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SanDisk CEO blames its SSD performance woes on Windows Vista

Solid state disk (SSD) news has been coming in fast during the past few weeks.  Most of the big revelations have been at the low-end of the SSD market with multi-level cell (MLC) based products, but single-level cell (SLC) based products have had their fair share of coverage as well.

Despite the hype surrounding the promising technology, SanDisk is placing blame on Windows Vista for not providing enough of a speed boost when using SSDs. SanDisk CEO Eli Harari went so far as to say that Vista is the reason why SanDisk is being left behind by competing solutions.

"We have very good internal controller technology, as you know...That said, I'd say that we are now behind because we did not fully understand, frankly, the limitations in the Vista environment," explained Harari. "As soon as you get into Vista applications in notebook and desktop, you start running into very demanding applications because Vista is not optimized for flash memory solid state disk."

"The next generation controllers need to basically compensate for Vista shortfalls," Harari added. "Unfortunately, (SSDs) performance in the Vista environment falls short of what the market really needs and that is why we need to develop the next generation, which we'll start sampling end of this year, early next year."

Those comments are quite a departure from SanDisk's own press release from mid-2007 regarding its SSD performance in Windows Vista:

SanDisk Corporation today announced that the Microsoft Windows Hardware Qualification Lab (WHQL) has certified the new SanDisk 1.8-inch UATA solid state drive (SSD), which is being used as a substitute for hard drives in selected laptop computers. The product also earned a high score on the Windows Experience Index, indicating that it is suited to a variety of Microsoft Windows Vista applications .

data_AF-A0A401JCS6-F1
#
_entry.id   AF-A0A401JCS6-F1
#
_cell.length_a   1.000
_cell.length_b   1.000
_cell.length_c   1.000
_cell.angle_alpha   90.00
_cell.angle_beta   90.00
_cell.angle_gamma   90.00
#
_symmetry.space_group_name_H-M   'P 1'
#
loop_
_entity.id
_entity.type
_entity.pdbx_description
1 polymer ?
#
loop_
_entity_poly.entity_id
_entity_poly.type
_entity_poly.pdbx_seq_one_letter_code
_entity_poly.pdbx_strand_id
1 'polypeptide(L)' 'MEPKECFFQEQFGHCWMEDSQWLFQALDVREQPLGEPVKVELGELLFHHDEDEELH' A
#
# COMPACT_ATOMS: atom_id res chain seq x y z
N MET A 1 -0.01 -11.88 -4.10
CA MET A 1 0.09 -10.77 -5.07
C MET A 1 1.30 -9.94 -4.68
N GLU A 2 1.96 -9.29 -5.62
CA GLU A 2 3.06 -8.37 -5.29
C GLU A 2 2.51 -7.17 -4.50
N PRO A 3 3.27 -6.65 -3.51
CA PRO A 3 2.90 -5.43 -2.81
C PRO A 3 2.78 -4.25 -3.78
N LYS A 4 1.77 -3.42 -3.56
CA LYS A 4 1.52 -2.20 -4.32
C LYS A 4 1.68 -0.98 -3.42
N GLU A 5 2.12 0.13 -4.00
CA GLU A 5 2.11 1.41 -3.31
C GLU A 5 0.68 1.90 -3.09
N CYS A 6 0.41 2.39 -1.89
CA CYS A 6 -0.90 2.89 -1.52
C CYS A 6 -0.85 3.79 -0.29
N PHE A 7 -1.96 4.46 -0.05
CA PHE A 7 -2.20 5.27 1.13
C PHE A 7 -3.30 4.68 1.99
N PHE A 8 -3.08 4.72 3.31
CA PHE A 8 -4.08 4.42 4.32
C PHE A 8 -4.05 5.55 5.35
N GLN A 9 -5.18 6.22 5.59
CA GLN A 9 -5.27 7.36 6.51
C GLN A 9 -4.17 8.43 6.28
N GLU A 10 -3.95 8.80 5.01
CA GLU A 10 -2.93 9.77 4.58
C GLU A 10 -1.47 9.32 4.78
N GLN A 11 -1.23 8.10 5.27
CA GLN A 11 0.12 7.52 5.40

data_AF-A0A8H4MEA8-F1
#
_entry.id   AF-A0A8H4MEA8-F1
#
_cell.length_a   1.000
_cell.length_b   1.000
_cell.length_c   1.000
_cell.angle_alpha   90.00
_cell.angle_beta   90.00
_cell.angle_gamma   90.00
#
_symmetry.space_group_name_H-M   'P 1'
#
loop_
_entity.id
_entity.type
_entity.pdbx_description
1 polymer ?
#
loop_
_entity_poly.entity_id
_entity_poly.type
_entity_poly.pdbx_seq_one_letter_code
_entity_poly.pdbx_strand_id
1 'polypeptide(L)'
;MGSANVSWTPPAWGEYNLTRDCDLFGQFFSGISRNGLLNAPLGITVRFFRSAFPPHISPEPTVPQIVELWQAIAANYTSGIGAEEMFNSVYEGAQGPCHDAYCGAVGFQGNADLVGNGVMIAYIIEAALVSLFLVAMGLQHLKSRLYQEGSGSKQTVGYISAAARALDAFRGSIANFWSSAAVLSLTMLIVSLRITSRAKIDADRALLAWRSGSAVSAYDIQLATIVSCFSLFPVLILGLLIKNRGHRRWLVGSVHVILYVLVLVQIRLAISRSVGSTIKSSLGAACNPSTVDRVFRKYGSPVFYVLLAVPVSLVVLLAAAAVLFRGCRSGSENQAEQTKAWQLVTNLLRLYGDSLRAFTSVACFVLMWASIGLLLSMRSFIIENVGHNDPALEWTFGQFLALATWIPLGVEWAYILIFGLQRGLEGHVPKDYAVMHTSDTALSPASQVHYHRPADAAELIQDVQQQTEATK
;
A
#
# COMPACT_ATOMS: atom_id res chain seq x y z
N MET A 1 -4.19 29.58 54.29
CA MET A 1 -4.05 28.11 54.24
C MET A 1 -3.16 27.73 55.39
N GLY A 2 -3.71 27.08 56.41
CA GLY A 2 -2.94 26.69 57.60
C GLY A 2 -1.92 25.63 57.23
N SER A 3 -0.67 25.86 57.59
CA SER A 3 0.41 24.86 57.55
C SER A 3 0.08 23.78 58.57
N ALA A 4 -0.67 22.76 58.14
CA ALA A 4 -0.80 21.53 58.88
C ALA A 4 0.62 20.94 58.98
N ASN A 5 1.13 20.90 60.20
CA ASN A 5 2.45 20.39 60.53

Additionally, the SanDisk UATA SSD scored 5.4 out of 5.9 when tested with the Windows Experience Index utility, a new feature in Windows Vista. The results indicate that the new Windows Vista operating system will run optimally when installed on the SanDisk SSD.

It is quite true that SanDisk's SSD are woefully subpar in performance when running Windows Vista. Numerous benchmarks from around the web have shown SanDisk SSDs getting outpaced by the competition.

In fact, it's not uncommon to see SanDisk SSDs rank last in testing in almost every benchmark and by a large margin -- even in Windows XP. Recent testing showed that MSI's Wind netbook was no faster with a SanDisk SATA 5000 SSD than with the standard 80GB HDD -- an Eee PC 1000h featuring similar specifications was significantly faster with a competing SSD from Samsung.

While Vista may be a performance inhibitor compared to Windows XP for SSDs, it appears that most new, current-generation SSDs are having no problems performing well with the operating system. The problem appears to be SanDisk's low reads and writes (67 MB/sec and 50 MB/sec respectively) compared to the competition (i.e., OCZ’s new Core Series SSDs which clock in at 120 to 143 MB/sec for reads and 80 to 93 MB/sec for writes).





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